Keep Metritis in Check
Oct 26, 2009
|Todd Birkle, DVM
Transitioning to the fresh pen indicates a significant life event for a dairy cow. Consider, for example, the demands of a fresh cow, which often include delivering a calf, supplying antibodies to her newborn through colostrum, switching to a high-energy ration and entering the milking string almost immediately—all create considerable challenges. Not to mention, the additional disease obstacles that can hinder a successful lactation, including metritis.
More disorders and veterinary costs are associated with the postpartum period than any other. Clinical metritis can cause a cascade of serious economic problems for any dairy operation, including direct losses associated with increased treatment costs, discarded milk, increased culling and even death risk. Indirect losses are experienced through reduced reproductive efficiency and other fresh cow diseases like ketosis, displaced abomasums or mastitis.
Risk factors you should know and identify
Identifying the common risk factors that lead to metritis early on is crucial to determining and administering timely treatment to avoid the costly effects that occur late in the course of disease. Any one of these scenarios—an abnormal calving defined by dystocia (difficult calving), twinning, stillbirth, a retained fetal membrane or a decrease in voluntary dry matter intake—predisposes the animal to the development of clinical metritis.
Cows that experience dystocia are 2.1 times more likely to develop metritis, while those experiencing a retained fetal membrane after calving are 6 times more likely.1 In the rare case of twinning, cows are 10.5 times more likely to have difficulty with calving (dystocia) and 3.4 times more likely to have a retained placenta, indirectly linking to metritis. Cows that experience stillbirths at calving are 2.6 times more likely to develop a retained placenta. Stillbirths are also directly linked to development of metritis with a likelihood of 1.5 times more than those cows that experience a normal calving.1 Also, any interference with normal dry matter intake during the transition phase can affect immune function, start-up milk in the fresh period, postpartum feed intake and also creates a risk for ketosis.2 Cows that experience ketosis are 1.7 times more likely to develop metritis.3
Specialized management for at-risk cows
Producers can avert the complications of metritis and fresh cow diseases by maximizing pre- and postpartum health management to ensure early diagnosis and treatment. Focusing on nutritional needs during the transition period can maximize production in the fresh period. Uterine infections are preceded by negative energy balances prior to calving and extend into early lactation.4 Increasing dry matter intake before and after calving can minimize metabolic disorders and weight loss, as well as improve reproductive performance. Providing clean, well-designed calving facilities reduces risk of infection, while minimizing cow movements post-calving minimizes stress. With every pen move, cows are disrupted socially and it takes two to five days to re-establish their social rank.5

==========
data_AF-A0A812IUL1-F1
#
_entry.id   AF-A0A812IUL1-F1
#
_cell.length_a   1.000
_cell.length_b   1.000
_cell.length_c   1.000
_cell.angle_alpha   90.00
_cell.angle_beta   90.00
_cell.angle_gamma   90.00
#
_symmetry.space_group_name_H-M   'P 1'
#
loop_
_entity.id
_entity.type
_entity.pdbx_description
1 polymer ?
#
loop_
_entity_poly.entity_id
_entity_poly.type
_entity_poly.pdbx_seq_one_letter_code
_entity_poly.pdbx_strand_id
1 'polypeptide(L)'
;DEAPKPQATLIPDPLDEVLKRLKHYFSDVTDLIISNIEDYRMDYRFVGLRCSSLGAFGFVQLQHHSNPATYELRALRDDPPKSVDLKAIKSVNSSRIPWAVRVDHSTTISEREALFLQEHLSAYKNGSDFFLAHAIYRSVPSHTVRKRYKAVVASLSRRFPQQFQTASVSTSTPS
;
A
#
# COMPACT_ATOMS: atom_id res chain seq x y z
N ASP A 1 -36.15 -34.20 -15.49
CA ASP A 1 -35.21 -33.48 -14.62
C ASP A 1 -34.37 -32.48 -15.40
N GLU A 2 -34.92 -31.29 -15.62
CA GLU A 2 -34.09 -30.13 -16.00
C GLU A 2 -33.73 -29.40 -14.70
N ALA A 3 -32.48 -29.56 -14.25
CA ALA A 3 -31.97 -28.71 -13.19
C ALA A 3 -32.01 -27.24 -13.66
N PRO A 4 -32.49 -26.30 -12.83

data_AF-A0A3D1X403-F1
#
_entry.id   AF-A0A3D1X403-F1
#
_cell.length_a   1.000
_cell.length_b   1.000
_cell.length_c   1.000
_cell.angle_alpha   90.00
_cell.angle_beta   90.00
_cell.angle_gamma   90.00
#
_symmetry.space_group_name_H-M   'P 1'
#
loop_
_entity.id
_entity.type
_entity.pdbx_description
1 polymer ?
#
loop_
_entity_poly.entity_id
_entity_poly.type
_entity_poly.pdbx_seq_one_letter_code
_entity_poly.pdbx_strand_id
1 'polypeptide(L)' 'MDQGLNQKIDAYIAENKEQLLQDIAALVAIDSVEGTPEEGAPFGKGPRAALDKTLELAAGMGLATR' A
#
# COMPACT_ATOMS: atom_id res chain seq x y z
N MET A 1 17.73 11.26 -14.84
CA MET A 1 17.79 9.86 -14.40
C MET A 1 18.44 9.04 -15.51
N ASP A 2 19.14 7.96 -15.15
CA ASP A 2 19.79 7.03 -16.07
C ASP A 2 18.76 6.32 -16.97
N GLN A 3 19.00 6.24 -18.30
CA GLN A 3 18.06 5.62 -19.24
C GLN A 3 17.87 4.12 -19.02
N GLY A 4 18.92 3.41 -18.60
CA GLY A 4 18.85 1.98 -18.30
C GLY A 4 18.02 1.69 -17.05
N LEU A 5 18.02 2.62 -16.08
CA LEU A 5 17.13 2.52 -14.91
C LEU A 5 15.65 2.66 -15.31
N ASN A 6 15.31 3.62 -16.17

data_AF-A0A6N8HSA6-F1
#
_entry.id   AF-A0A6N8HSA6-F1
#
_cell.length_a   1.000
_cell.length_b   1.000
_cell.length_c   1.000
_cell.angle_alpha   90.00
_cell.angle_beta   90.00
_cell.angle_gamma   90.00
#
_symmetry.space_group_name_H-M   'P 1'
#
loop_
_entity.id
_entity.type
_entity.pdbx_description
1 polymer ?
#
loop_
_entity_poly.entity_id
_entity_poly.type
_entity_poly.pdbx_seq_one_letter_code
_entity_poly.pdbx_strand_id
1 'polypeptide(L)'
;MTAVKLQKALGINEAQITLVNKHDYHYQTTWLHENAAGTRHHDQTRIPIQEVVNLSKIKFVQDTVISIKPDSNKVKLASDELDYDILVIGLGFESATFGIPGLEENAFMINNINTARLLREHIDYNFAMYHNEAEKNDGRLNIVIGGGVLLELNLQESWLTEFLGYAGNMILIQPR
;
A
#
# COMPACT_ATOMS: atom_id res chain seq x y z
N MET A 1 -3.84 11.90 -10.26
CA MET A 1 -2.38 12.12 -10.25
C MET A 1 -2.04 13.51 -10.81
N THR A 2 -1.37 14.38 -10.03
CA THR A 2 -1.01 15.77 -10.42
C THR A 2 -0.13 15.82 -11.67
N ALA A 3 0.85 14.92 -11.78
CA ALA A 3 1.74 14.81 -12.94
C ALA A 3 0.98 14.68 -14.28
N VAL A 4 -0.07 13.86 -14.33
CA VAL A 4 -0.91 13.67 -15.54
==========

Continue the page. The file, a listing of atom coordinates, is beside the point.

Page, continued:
Efficient calving and fresh pen management includes monitoring for the risk factors for metritis in addition to checking for symptoms of other fresh cow diseases. Fresh cow monitoring includes:
- Evaluating for labored breathing, little or no appetite and depression
- Evaluating uterine discharge and odor
- Checking for cold, clammy ears, sunken eyes and nasal discharge
- Evaluating manure quality
- Evaluating temperature
- Checking udder fill
While avoiding the hospital pen during the fresh period is the ultimate goal, it’s not always realistic. Treating sick cows effectively and economically with antibiotics is key. Producers must implement treatment protocols in the context of a working relationship with a veterinarian. This ensures that the best treatment course is decided upon and compliance is adhered to.
1 Correa MT, Erb H, Scarlett J. Path analysis for seven postpartum disorders of Holstein cows. J Dairy Sci 1993;76:1305-1312.
2 Overton MW. Principles of transition cow management. Presented at Pfizer Animal Health Dairy Wellness Symposium; 2009; Sioux Falls, SD.
3 Correa MT, Erb H, Scarlett J. Path analysis for seven postpartum disorders of Holstein cows. J Dairy Sci 1993;76:1305-1312.
4Hammon D, Goff JP. Immune function and energy status in Holstein cows with uterine infections. Pfizer Animal Health and USDA National Animal Disease Center. Mid-South Ruminant Nutrition Conference 2006:29-36.
5 Boe KE, Faerevik G. Grouping and social preferences in calves, heifers and cows. Appl Anim Behav Sci 2003;80:175-190.
—Todd Birkle, DVM, fresh cow reproductive manager with Pfizer Animal Health
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